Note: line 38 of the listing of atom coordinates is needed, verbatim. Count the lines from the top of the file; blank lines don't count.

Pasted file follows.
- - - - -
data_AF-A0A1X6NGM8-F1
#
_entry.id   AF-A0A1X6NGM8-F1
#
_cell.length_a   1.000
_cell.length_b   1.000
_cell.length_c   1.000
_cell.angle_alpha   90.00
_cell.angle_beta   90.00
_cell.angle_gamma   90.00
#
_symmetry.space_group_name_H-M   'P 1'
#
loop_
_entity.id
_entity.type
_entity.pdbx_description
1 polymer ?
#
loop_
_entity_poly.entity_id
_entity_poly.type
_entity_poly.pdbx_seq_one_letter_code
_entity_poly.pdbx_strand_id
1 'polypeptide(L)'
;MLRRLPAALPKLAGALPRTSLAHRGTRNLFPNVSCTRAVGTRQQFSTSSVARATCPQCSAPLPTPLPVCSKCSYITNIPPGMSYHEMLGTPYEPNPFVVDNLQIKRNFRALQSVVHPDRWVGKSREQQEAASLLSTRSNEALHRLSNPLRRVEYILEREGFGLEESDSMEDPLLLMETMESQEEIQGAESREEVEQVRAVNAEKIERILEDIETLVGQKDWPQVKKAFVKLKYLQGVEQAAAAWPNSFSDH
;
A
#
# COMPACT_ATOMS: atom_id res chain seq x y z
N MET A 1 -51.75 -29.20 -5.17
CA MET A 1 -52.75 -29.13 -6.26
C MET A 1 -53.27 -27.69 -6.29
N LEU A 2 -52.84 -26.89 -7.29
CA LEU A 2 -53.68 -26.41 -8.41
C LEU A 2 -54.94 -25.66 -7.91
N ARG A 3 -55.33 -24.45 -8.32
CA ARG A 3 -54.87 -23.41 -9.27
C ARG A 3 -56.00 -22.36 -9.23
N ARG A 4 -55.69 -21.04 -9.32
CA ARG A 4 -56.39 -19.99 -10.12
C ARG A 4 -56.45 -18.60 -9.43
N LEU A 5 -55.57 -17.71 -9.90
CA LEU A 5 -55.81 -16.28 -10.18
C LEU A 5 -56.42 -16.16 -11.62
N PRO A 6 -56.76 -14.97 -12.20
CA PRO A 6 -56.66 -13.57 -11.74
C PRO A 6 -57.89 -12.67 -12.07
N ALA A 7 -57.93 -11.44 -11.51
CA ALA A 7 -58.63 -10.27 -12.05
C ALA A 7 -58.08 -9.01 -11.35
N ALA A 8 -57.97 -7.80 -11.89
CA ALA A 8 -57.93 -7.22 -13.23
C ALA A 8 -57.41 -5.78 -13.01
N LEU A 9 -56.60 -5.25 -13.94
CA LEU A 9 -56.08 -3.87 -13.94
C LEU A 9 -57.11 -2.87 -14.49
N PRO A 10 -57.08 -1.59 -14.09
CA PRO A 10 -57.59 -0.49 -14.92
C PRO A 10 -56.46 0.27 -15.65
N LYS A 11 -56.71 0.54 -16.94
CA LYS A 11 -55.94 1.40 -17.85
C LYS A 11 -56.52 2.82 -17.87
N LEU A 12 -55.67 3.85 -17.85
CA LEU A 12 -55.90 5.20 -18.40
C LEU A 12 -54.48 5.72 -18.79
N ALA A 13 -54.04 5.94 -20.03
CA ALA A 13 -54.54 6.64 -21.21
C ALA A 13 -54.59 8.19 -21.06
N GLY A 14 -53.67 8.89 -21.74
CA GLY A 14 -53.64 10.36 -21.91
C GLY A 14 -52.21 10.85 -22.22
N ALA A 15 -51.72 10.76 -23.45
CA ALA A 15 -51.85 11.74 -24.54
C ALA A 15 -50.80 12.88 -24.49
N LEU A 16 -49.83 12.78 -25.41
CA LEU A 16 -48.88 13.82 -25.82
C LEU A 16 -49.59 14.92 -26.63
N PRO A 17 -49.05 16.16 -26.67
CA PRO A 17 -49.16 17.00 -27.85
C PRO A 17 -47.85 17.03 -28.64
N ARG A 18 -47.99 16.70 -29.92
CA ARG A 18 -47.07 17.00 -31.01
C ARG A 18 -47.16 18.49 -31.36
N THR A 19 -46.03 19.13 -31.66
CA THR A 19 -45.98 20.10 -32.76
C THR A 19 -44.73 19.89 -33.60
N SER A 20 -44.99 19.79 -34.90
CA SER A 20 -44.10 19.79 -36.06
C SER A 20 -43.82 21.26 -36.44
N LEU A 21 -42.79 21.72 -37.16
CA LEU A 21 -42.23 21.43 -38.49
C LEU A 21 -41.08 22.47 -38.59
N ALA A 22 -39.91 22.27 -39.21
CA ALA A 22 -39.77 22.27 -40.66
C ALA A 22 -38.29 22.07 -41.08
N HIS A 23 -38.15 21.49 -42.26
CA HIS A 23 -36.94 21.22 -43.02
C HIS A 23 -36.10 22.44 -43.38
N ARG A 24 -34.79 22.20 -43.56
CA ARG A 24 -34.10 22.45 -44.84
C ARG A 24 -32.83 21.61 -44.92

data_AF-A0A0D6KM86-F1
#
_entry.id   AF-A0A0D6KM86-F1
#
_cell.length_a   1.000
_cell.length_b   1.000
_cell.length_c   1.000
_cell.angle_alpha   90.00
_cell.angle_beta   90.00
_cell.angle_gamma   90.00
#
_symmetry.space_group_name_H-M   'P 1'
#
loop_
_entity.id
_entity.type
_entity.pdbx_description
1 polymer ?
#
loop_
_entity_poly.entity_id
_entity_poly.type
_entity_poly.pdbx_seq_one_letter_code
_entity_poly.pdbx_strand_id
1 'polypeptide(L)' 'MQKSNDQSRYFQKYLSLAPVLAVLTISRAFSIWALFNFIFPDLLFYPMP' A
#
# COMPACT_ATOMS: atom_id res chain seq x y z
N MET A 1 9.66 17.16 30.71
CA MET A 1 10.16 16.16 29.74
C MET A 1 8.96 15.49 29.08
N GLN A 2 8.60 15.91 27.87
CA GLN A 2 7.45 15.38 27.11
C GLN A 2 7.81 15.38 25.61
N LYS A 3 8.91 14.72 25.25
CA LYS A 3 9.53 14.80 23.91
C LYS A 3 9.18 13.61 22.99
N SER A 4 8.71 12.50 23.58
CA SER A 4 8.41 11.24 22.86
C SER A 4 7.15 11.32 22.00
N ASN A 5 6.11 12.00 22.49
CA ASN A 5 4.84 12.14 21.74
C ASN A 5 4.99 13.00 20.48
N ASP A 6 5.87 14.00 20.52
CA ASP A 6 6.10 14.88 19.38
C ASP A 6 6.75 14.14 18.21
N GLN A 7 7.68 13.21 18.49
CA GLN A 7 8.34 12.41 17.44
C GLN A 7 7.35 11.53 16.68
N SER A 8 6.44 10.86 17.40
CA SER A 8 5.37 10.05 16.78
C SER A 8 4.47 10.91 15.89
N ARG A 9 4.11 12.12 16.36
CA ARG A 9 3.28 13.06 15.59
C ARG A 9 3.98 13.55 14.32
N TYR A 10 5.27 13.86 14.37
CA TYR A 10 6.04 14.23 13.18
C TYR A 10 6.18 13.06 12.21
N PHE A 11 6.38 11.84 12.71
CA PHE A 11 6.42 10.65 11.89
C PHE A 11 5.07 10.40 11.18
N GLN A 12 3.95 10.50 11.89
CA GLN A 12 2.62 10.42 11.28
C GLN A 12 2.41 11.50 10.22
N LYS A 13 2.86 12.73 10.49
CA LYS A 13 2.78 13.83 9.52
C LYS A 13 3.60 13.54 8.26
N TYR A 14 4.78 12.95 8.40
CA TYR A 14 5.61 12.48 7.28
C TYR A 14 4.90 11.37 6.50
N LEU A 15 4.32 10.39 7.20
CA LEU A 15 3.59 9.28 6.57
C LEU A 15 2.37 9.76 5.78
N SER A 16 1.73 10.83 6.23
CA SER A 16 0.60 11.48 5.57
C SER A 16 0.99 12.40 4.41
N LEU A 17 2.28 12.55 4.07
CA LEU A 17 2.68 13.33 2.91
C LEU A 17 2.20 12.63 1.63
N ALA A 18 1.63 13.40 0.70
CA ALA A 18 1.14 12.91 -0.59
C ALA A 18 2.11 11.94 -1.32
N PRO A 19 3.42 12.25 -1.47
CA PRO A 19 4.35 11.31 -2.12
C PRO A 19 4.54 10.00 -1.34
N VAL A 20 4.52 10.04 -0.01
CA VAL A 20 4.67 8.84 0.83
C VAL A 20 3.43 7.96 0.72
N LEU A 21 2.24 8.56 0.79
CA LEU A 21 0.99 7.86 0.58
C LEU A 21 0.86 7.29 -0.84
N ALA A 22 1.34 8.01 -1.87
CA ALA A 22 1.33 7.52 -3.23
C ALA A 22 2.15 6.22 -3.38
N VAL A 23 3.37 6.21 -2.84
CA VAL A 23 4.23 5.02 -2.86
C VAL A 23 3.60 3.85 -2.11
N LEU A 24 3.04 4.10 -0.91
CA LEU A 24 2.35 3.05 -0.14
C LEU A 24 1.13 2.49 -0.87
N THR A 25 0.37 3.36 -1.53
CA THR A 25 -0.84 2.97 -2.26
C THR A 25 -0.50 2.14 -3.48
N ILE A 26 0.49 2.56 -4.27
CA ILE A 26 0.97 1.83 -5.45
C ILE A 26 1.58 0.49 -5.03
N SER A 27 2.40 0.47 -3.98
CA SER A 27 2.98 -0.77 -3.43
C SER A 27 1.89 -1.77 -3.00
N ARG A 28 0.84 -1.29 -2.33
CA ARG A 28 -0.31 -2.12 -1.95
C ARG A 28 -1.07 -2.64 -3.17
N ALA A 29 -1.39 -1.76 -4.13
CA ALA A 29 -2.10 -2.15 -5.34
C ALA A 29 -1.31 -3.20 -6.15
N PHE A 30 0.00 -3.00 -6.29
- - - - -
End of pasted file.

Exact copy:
CA ARG A 3 -54.87 -23.41 -9.27